Health Select Committee interim report on suicide prevention

December 20th, 2016
The House of Commons Health Select Committee have published their interim report on suicide prevention. They have provided a strongly worded conclusion and clear recommendations that more needs to be done.
  1. The refreshed suicide prevention strategy must be underpinned by a clear implementation strategy, with strong national leadership, clear accountability, and regular and transparent external scrutiny.
  2. The Government’s updated strategy should include a clear implementation programme, with strong external scrutiny of local authority plans and progress. Local areas also need a clear message from the top that suicide prevention plans are mandatory.
  3. Different suicide prevention approaches are needed to effectively target different distinct groups of people at risk from suicide, including greater emphasis on public mental health and wellbeing as well as ongoing efforts to reduce stigma.
  4. All suicide prevention plans should include mandatory provision of support services for families who have been bereaved by suicide.
  5. Although a patient’s right to confidentiality is paramount, there are instances where professionals sharing information—with consent—with a person’s trusted family or friends could save their life. Stronger action needs to be taken to raise awareness of the Consensus Statement, to train staff in this area, and to engender a culture shift away from the current presumption that suicidal patients will not want their family or friends to be involved in their recovery.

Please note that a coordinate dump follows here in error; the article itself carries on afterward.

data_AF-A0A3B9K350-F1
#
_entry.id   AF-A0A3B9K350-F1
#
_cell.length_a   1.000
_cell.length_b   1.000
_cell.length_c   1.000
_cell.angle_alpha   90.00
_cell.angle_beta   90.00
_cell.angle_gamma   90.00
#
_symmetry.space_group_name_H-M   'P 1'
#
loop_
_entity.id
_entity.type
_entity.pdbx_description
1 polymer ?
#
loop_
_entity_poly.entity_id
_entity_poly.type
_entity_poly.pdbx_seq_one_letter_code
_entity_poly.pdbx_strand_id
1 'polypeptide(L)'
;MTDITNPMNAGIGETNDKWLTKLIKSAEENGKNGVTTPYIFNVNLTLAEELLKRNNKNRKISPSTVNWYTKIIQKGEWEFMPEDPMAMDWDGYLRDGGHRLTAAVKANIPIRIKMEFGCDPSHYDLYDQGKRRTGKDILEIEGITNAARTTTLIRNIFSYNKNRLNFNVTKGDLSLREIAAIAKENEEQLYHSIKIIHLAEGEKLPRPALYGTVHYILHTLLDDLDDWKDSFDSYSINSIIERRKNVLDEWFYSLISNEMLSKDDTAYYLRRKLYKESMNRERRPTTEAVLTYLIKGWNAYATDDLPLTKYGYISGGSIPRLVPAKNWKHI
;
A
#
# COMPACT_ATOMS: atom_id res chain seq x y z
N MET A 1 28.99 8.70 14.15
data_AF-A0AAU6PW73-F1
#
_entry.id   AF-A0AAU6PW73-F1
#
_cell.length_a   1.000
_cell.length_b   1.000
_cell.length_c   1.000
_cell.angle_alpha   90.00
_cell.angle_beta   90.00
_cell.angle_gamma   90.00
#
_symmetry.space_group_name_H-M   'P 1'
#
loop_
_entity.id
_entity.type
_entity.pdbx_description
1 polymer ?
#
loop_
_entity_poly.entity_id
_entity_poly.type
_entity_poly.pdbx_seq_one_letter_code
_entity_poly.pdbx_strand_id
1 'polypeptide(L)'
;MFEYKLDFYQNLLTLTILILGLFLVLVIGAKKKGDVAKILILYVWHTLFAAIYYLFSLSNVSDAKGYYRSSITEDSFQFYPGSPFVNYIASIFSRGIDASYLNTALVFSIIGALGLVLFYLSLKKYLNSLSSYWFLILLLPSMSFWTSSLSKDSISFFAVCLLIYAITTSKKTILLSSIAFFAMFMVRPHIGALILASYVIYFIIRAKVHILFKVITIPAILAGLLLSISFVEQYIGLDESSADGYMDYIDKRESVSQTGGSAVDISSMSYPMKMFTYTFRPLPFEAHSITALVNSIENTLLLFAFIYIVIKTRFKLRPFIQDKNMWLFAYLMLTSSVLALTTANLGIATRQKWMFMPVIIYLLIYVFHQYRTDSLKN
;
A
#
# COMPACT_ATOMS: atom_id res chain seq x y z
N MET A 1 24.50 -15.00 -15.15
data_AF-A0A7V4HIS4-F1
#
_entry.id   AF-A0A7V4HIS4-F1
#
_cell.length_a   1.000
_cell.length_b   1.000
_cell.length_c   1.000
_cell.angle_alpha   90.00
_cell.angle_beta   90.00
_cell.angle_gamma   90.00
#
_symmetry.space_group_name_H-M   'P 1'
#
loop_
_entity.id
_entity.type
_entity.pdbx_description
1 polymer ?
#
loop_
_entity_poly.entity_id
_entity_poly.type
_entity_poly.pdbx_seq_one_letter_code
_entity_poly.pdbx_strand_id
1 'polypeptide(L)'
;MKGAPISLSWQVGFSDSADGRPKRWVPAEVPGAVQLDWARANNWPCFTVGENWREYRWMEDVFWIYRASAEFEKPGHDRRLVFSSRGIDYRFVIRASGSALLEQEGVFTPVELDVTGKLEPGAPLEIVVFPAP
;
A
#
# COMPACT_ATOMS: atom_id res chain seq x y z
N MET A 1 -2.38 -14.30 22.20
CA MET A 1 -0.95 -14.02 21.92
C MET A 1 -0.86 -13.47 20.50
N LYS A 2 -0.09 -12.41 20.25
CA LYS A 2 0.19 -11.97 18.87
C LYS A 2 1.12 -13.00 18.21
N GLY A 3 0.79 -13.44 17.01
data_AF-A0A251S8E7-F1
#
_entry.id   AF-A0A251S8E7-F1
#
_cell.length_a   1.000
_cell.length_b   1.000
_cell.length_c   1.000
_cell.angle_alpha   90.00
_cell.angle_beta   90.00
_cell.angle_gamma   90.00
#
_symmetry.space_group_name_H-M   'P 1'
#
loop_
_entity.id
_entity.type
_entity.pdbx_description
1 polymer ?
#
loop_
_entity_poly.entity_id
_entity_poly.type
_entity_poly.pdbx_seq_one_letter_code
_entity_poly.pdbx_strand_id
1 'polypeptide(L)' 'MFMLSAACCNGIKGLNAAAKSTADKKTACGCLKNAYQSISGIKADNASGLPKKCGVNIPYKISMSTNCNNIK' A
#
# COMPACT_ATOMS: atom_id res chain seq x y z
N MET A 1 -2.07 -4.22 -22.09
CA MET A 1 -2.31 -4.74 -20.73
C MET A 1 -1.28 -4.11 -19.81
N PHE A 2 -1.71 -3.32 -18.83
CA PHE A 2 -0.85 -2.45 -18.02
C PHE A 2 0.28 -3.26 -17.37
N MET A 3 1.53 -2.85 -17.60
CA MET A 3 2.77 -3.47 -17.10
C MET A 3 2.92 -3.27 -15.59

6. There is a need for a more rapid provisional notification of suicide at the time when a suspected death by suicide occurs. We recommend that the Government take action to improve consistency between coroners and to make routine the use of provisional notifications of suicide. Furthermore, we recommend that the standard of proof for conclusions of death by suicide should be changed to the balance of probabilities rather than beyond reasonable doubt.
  7. The suicide prevention strategy should review the accountability and responsibility for the adherence to media guidelines and that  the Government work with internet providers and social media platforms to consider what changes should be made to restrict access to sites which encourage self harm or give detailed advice on suicide methods. The report can be accessed here.
 
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